On the other hand, when the engine inertia is larger than the load inertia, the electric motor will require more power than is otherwise necessary for the particular application. This improves costs because it requires spending more for a engine that’s larger than necessary, and because the increased power consumption requires higher operating costs. The solution is to use a gearhead to match the inertia of the electric motor to the inertia of the strain.
Recall that inertia is a measure of an object’s resistance to improve in its movement and is a function of the object’s mass and shape. The greater an object’s inertia, the more servo gearhead torque is needed to accelerate or decelerate the thing. This implies that when the strain inertia is much bigger than the motor inertia, sometimes it can cause excessive overshoot or enhance settling times. Both circumstances can decrease production range throughput.
Inertia Matching: Today’s servo motors are producing more torque relative to frame size. That’s because of dense copper windings, lightweight materials, and high-energy magnets. This creates higher inertial mismatches between servo motors and the loads they want to move. Using a gearhead to better match the inertia of the motor to the inertia of the load allows for utilizing a smaller electric motor and results in a more responsive system that’s easier to tune. Again, this is accomplished through the gearhead’s ratio, where the reflected inertia of the load to the motor is decreased by 1/ratio^2.
As servo technology has evolved, with manufacturers generating smaller, yet better motors, gearheads have become increasingly essential partners in motion control. Finding the optimum pairing must take into account many engineering considerations.
So how will a gearhead start providing the power required by today’s more demanding applications? Well, that all goes back to the basics of gears and their ability to change the magnitude or path of an applied drive.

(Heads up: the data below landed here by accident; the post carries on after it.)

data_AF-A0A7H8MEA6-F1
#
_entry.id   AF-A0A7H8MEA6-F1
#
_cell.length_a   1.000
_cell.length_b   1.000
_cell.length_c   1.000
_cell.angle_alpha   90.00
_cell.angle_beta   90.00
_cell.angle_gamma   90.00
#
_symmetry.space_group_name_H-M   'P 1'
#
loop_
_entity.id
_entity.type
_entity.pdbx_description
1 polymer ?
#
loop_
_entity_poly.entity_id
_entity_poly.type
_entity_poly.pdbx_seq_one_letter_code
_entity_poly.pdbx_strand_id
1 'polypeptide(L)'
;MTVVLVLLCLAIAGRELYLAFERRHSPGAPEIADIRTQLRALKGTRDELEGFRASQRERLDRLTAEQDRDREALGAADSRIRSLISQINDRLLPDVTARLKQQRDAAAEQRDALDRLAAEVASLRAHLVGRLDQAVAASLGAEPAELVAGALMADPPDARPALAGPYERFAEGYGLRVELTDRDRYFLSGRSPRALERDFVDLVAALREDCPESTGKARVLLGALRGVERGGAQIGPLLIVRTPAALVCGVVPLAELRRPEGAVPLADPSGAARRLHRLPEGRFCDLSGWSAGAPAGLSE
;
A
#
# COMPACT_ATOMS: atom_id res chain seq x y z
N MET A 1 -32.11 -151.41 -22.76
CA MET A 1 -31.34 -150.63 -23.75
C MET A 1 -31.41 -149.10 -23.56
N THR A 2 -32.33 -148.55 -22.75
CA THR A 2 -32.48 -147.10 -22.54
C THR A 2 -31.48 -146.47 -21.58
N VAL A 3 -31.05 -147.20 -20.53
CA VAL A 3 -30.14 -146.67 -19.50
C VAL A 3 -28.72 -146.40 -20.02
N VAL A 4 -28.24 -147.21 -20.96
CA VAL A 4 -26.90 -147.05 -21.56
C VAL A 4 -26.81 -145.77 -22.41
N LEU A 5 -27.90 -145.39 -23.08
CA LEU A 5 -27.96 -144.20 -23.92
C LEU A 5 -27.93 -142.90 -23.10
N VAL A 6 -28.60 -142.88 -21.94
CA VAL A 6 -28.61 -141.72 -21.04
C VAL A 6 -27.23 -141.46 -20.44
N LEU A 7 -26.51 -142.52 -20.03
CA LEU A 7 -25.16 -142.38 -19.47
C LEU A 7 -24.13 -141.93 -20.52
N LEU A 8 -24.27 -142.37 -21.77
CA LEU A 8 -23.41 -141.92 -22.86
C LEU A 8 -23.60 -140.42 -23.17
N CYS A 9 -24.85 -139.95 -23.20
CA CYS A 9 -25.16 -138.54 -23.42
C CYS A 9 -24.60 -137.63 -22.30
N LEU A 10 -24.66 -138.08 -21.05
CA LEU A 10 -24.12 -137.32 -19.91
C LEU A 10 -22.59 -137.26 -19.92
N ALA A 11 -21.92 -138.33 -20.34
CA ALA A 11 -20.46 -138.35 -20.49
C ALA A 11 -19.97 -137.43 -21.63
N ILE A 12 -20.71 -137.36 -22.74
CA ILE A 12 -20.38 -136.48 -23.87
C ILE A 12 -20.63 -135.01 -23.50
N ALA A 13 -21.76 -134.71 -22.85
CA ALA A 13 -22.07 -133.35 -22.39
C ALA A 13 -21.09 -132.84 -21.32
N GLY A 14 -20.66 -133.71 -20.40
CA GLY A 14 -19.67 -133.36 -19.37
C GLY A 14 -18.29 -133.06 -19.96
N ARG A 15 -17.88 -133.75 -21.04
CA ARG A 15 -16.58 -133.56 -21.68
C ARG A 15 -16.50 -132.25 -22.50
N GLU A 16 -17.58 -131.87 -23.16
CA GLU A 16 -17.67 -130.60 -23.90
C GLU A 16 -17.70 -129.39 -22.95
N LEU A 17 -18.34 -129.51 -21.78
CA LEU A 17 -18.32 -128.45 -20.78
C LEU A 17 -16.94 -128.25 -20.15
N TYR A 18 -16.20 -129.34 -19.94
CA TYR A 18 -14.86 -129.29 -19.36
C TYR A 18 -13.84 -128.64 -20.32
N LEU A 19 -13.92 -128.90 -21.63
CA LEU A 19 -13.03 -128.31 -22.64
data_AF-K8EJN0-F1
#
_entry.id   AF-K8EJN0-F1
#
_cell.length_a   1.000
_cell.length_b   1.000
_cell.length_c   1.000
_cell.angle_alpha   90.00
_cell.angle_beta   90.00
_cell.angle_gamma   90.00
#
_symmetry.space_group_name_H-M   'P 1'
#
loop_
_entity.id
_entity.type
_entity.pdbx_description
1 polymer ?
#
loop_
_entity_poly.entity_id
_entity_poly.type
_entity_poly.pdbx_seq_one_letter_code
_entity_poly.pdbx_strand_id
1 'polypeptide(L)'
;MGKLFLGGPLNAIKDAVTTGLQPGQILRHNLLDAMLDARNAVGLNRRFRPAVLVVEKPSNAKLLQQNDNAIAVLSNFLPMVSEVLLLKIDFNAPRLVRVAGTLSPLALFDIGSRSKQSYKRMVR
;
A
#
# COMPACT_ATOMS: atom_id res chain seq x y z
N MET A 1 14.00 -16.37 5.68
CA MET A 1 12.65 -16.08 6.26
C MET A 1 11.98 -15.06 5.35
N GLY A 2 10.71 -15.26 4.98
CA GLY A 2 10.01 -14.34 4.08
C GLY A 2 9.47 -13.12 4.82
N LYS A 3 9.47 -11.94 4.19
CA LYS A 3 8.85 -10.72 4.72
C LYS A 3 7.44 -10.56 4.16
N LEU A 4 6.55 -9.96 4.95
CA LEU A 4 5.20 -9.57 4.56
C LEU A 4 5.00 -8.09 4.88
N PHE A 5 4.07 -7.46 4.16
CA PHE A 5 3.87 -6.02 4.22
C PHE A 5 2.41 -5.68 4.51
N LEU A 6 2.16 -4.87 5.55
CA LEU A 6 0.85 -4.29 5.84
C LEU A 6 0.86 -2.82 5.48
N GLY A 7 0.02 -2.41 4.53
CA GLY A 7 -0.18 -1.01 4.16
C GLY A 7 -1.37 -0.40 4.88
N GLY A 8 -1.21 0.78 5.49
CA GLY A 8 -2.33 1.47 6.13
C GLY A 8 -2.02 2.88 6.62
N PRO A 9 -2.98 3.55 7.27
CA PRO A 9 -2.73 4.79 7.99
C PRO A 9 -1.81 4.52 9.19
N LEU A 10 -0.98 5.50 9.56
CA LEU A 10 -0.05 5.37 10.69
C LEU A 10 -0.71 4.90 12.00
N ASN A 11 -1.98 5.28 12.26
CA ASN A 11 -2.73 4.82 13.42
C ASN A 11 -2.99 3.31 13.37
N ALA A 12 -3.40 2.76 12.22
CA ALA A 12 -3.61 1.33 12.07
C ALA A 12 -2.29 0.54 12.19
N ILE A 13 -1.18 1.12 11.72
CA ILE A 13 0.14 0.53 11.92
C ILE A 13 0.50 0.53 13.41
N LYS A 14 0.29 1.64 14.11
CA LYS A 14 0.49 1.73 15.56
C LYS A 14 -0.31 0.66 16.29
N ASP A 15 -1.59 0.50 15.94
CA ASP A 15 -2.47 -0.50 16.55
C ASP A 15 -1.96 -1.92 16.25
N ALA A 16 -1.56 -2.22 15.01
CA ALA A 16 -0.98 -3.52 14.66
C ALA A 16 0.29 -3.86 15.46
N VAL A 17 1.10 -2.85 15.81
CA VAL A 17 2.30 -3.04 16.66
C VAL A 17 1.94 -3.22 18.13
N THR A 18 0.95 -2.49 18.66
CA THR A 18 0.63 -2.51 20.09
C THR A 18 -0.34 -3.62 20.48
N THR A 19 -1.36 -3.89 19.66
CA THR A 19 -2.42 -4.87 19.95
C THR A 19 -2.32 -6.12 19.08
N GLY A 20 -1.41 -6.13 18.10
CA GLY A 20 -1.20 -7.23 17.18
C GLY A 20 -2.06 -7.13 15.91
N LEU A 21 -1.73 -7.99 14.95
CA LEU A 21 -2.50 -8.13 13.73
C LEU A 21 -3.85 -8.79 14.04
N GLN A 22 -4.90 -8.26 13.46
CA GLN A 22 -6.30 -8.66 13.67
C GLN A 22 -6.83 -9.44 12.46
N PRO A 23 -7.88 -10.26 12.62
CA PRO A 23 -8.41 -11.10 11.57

The gears and number of teeth on each gear create a ratio. If a motor can generate 20 in-pounds. of torque, and a 10:1 ratio gearhead is mounted on its result, the resulting torque will be close to 200 in-lbs. With the ongoing emphasis on developing smaller sized footprints for motors and the gear that they drive, the capability to pair a smaller engine with a gearhead to achieve the desired torque output is invaluable.
A motor could be rated at 2,000 rpm, but your application may only require 50 rpm. Trying to run the motor at 50 rpm may not be optimal based on the following;
If you are working at an extremely low velocity, such as 50 rpm, as well as your motor feedback resolution isn’t high enough, the update rate of the electronic drive could cause a velocity ripple in the application. For example, with a motor feedback resolution of 1 1,000 counts/rev you have a measurable count at every 0.357 degree of shaft rotation. If the electronic drive you are employing to control the motor has a velocity loop of 0.125 milliseconds, it’ll search for that measurable count at every 0.0375 amount of shaft rotation at 50 rpm (300 deg/sec). When it does not observe that count it’ll speed up the engine rotation to think it is. At the velocity that it finds the next measurable count the rpm will become too fast for the application form and then the drive will sluggish the electric motor rpm back off to 50 rpm and the whole process starts all over again. This constant increase and decrease in rpm is what will cause velocity ripple in an application.
A servo motor running at low rpm operates inefficiently. Eddy currents are loops of electric current that are induced within the motor during operation. The eddy currents actually produce a drag pressure within the motor and will have a greater negative effect on motor performance at lower rpms.
An off-the-shelf motor’s parameters might not be ideally suitable for run at a low rpm. When an application runs the aforementioned engine at 50 rpm, essentially it is not using all of its obtainable rpm. As the voltage constant (V/Krpm) of the engine is set for a higher rpm, the torque constant (Nm/amp), which can be directly linked to it-is lower than it requires to be. Because of this the application requirements more current to drive it than if the application had a motor particularly created for 50 rpm.
A gearheads ratio reduces the motor rpm, which is why gearheads are occasionally called gear reducers. Using a gearhead with a 40:1 ratio, the electric motor rpm at the insight of the gearhead will end up being 2,000 rpm and the rpm at the result of the gearhead will end up being 50 rpm. Operating the engine at the higher rpm will permit you to prevent the concerns mentioned in bullets 1 and 2. For bullet 3, it allows the design to use much less torque and current from the electric motor predicated on the mechanical benefit of the gearhead.